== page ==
In fact, many of the modernization proposals being discussed today have been part of a planned effort in the past eight years to create a modern, competitive retail operation. The PLCB has taken very careful steps towards modernizing its operations due to the nature of the products that it sells – not because of other perceived threats.
The UFCW always has been at the forefront of efforts to bring the PLCB into the modern retail age. We are a far cry from the old fashioned counter store system of a few decades ago, but there always is room for more improvements.
Our union recognizes the need for a well trained, professional sales force and incorporated product training and customer service training into our collective bargaining proposals going back to the late 1970s.
Our union was the first to propose eliminating counter stores and creating wine specialty stores, using credit cards, internet marketing, special ordering, Sunday hours, stores in supermarkets and selling related merchandise in the Wine and Spirits stores.
Many of these changes were met with consternation and outright hostile opposition by some interested parties, but our unions recognized the need to respond to a changing market and we never backed down from that position. We have been a consistent long-term partner with the PLCB, through both Republican and Democratic Administrations, because we have always believed that the PLCB was unique in its ability to use modern business tactics without sacrificing its control of the sale and distribution of alcoholic beverages.
At the retail level our UFCW members maintain the highest standards of customer service and take pride in their ability to meet the consumer’s need for product knowledge. As in any private retail operation the success or failure of a business is directly related to the level of customer satisfaction it provides. Our own market research, backed up and confirmed by ongoing market research the PLCB conducts on its own, shows that customers who shop at our Wine and Spirits stores report a customer satisfaction rating that far exceeds most retail and service providers in the private sector.
For these reasons we want to make it clear to the Legislature that the UFCW supports the operational modernization proposals the PLCB has asked the Legislature to approve, even though we believe that the Board is well within its right to implement many of these changes unilaterally and without legislative approval.
While we need to have more discussion on some of the modernization changes being proposed by the PLCB, the United Food and Commercial Workers Union does believe that many of the proposed changes would enhance the PLCB’s operations, allow it to improve customer service and increase revenues to the State without sacrificing any of the PLCB’s ability to control the sale of alcoholic beverages.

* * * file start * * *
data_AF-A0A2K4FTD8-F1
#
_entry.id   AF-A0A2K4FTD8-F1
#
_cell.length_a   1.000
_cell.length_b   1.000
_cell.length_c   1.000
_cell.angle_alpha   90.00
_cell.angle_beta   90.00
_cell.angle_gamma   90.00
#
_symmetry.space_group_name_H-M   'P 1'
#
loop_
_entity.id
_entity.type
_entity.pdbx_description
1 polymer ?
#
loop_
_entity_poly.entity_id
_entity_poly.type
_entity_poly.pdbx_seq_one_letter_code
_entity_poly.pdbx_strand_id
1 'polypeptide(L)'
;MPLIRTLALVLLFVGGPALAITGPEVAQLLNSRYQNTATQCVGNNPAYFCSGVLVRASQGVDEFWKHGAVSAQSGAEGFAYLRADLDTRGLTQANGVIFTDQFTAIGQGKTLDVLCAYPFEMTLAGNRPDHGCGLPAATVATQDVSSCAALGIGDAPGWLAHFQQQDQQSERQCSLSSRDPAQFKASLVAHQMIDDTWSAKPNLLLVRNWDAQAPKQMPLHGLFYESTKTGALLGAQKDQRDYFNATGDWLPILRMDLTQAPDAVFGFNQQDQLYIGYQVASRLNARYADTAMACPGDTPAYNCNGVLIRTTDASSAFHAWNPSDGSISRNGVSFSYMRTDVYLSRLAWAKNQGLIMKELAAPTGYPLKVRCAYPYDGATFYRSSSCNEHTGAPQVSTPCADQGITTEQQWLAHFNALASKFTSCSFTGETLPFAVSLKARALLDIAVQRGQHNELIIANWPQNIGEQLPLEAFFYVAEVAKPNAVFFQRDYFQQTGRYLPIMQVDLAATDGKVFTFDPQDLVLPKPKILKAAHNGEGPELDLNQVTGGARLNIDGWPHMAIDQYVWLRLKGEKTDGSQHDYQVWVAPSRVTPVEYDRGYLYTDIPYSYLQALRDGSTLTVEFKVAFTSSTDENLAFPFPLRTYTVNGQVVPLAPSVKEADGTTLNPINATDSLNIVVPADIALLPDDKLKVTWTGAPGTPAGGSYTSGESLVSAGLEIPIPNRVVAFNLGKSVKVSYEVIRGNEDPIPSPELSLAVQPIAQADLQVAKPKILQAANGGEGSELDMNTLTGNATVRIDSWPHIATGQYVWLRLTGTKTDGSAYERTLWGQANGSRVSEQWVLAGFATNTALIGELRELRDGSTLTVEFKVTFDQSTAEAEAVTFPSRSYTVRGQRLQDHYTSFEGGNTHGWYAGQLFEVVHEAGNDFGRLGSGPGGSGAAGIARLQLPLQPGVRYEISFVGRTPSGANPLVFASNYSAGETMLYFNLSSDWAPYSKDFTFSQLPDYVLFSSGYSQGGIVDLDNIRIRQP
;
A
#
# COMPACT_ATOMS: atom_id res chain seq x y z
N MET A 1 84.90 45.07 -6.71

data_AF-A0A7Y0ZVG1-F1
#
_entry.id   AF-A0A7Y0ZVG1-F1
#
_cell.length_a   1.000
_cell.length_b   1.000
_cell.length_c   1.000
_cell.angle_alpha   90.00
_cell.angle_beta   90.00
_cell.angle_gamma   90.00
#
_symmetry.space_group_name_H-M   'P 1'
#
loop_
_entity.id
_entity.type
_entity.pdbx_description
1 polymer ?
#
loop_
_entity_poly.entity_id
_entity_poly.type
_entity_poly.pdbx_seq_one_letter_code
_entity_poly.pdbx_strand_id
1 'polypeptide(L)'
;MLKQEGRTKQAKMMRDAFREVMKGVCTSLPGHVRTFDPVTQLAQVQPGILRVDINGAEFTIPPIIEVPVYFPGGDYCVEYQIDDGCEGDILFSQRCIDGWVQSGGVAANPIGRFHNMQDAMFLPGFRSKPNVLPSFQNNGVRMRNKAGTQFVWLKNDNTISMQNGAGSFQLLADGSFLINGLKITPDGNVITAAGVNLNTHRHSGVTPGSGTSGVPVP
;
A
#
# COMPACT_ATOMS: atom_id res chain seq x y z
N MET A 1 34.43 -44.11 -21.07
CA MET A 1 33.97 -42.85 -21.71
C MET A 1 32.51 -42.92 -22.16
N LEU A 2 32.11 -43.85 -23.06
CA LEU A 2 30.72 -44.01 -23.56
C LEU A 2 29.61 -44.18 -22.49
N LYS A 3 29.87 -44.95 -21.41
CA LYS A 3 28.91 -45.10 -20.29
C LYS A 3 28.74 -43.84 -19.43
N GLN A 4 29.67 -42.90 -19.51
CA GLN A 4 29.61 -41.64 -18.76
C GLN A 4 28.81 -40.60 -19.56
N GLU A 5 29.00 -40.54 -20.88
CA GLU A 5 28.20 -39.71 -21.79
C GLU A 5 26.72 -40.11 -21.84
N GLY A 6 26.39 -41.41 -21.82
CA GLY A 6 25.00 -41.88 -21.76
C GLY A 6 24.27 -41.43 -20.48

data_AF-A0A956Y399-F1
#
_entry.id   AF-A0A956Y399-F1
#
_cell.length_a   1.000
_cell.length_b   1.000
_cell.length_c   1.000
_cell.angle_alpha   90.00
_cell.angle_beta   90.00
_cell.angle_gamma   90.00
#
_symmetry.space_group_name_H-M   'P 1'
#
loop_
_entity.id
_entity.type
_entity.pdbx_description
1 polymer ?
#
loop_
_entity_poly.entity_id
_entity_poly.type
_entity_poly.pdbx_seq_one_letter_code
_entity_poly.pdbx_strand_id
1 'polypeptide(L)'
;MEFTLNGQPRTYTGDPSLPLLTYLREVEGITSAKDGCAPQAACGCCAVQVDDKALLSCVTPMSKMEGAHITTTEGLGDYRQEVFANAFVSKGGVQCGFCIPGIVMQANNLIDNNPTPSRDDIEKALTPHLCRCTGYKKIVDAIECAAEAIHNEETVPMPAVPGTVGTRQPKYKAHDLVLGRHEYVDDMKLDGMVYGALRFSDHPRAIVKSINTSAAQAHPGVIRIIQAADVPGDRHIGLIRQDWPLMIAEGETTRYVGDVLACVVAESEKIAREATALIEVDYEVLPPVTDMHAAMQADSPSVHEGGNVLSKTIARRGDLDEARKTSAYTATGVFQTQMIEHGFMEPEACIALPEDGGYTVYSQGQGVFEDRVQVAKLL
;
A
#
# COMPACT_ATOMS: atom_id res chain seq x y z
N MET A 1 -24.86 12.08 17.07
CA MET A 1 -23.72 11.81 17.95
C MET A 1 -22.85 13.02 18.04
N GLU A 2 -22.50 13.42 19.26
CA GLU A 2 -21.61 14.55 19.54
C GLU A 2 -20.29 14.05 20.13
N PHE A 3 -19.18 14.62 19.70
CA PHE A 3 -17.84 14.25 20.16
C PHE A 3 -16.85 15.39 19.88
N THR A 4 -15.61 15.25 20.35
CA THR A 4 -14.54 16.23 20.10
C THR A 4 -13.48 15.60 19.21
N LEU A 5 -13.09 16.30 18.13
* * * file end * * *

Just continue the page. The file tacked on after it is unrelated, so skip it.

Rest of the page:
The United Food and Commercial Workers Union would again like to thank the House Democratic Policy Committee for conducting this series of public hearings around the state.
There is no question that the fiscal arguments made by privateers don’t work in favor of the taxpayers. There also is no question regarding the negative impact on society and the related added costs to the taxpayers of the social consequences of privatization.
The best scientific evidence proves what we already know – our UFCW members do a better job in managing the sale of wine and spirits than the private sector.
This latest attempt to privatize the PLCB is the first evidence here in Pennsylvania of the kind of virulent attacks on public sector workers that are sweeping our nation, and it is very important for our elected officials to view this latest attempt in that context.
The push to privatize our system, to destroy a valuable public asset, makes sense only if you’re an investment speculator looking to turn a quick profit by investing in and then flipping licenses. It makes sense only if you’re a chain store retailer looking to clear some shelf space and you want your untrained and inexperienced minimum wage clerks selling this product.
It certainly won’t create any new jobs, and it won’t create jobs for the current Wine and Spirit employees. The experience in other states demonstrates that that the licenses have gone to existing stores who use their existing employees to stock the shelves. New jobs, too, are part of the privateers’ myth.
We believe that it is time for responsible legislators in both parties to recognize that this latest reckless attempt to privatize the Wine and Spirits stores flies in the face of scientific evidence, ignores the real customer preferences of those who actually shop in our stores, and limits the PLCB’s ability to carry out its dual sales and control mission. It is time to stop privatization and to continue to embrace modernization in the PLCB’s Wine and Spirits stores.